Increasingly, MBA students are looking to deepen their technical skills as they seek out roles in data-driven businesses, particularly in the technology space.
This has led to the popularity of courses such as Python for MBAs, which helps to prepare students to work alongside data scientists to understand how customer analytics affect a business.
We recently spoke with Columbia Business School graduate Bar Ifrach, PhD ’12, who in his current role as senior director of applied science and head of the marketplace team at Uber Freight is focused on using data to help shipments move around the country as efficiently as possible in a massive $700 billion industry.
Watch the interview above and read the transcript below.
Q: What inspired you to pursue a career in data science?
Bar Ifrach: I got my undergraduate degree in economics at Tel Aviv University in Israel, and I had a real infatuation with the academic side of it in my last year in college. And during that year I decided that I wanted to get a PhD in the field, and all my professors at Tel Aviv University had their PHDs from American schools, so I thought that must be the right way to do it, and I was lucky enough to be admitted at Columbia Business School.
Q: Tell us about your role at Uber Freight.
Bar Ifrach: I’m both heading the data science and applied science team, but also heading the marketplace team. The marketplace team is essentially responsible for connecting the demand and the supply, so shippers and truckers, or carriers, and we primarily work on pricing. We set the algorithmic pricing in the business for every load that we touch and that, of course, has a really strong implications for our business outcomes—thinking through how we build our unit economics and how we flex between margin and growth. And that's been a really interesting experience: owning both a concrete business outcome as well as the data science function.
Q: How are you using data to improve business outcomes?
Bar Ifrach: Something we're using data to understand better is the entire logistics business cycle. I'm sure that everyone got their chance to read about how supply chain during COVID has been disrupted, and how rates of shipments and costs of shipments have skyrocketed. We saw a market that was trending up in terms of costs, a lot of constraints on supply, and now we are seeing some of those bottlenecks being released and rates coming down.
One of the things that we're doing on my team is understanding how demand and supply in the market interact to determine the equilibrium prices across the U.S. primarily. So we're looking at a lot of interesting models that harvest external data, but also internal data, to determine what is essentially the supply curve, namely at what level of prices in the market we'll see more trucks coming in, more carriers coming into the market, versus leaving the market and therefore pushing the prices down or up. The equilibrium point is always a moving target because both supply changes, the underlying costs of running a truck change, as well as the demand driven by consumption and now inflation, and these factors keep on varying. So we are very interested in that problem and spending a lot of resources to better understand it.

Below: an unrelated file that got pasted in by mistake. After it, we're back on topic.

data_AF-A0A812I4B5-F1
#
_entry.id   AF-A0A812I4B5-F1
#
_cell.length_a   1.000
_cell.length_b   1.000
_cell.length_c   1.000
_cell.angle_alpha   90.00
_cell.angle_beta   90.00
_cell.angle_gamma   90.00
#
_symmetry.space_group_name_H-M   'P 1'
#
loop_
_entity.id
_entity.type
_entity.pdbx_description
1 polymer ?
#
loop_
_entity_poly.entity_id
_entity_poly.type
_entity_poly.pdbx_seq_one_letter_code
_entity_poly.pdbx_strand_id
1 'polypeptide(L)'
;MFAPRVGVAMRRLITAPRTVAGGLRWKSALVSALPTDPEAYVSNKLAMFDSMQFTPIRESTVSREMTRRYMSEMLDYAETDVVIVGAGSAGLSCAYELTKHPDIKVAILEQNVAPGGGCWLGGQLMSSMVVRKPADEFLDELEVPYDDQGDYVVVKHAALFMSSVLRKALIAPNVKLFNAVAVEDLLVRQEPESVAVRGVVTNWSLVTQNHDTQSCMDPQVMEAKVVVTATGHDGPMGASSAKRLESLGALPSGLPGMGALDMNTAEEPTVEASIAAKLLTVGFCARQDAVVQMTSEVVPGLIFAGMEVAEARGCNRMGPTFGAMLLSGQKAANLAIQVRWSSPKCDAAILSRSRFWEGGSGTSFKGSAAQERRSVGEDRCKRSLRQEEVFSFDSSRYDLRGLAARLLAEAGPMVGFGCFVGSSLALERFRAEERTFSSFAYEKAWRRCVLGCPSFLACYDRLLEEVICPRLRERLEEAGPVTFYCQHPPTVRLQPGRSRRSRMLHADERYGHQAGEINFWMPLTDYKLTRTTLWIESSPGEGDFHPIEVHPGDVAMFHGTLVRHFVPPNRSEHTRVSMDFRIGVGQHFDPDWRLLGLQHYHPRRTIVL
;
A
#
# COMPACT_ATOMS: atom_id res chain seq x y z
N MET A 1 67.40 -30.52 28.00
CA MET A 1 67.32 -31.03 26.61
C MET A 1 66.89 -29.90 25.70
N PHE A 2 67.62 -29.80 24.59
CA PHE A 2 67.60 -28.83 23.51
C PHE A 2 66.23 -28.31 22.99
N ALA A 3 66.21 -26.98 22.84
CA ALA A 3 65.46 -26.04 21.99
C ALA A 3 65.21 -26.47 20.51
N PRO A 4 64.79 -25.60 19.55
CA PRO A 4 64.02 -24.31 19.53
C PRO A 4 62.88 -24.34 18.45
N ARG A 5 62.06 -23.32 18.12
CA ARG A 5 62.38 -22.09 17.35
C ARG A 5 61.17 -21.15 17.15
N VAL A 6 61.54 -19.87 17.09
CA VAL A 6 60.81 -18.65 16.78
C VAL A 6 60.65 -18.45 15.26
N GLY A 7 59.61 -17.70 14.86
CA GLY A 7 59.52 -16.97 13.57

Q: What skills do MBAs need to be successful in data-focused roles?
Bar Ifrach: If you think about how tech companies operate, it's really the core unit of tech execution—what we call the cross-functional team. So already by the name you can understand that you'll have very different skill sets there. You typically have a majority of the group being engineers, then you have data scientists or data analysts or applied scientists, depending on the problem, and designers, and then typically a product manager. Of course, proportions can change depending on what you're working on, and within that group data plays a big role. But everyone has somewhat of a different perspective and a different language for how they think about the problem.
I'd say the important part for MBAs going into that environment—and typically they go into the product manager role—is to really be able to adapt their language to those different skill sets and be able to bring the most value out of each one and out of the team as a whole. So oftentimes what I see with product managers who build their experience and become really fantastic is that they're able to actually get the team to work well together and that's by elevating those skill sets, creating an open environment where the best ideas can float and have the most impact because you don't know if that will come from the engineer, or will come from that designer, or come from the data scientists or will come from you. Creating that space is really important.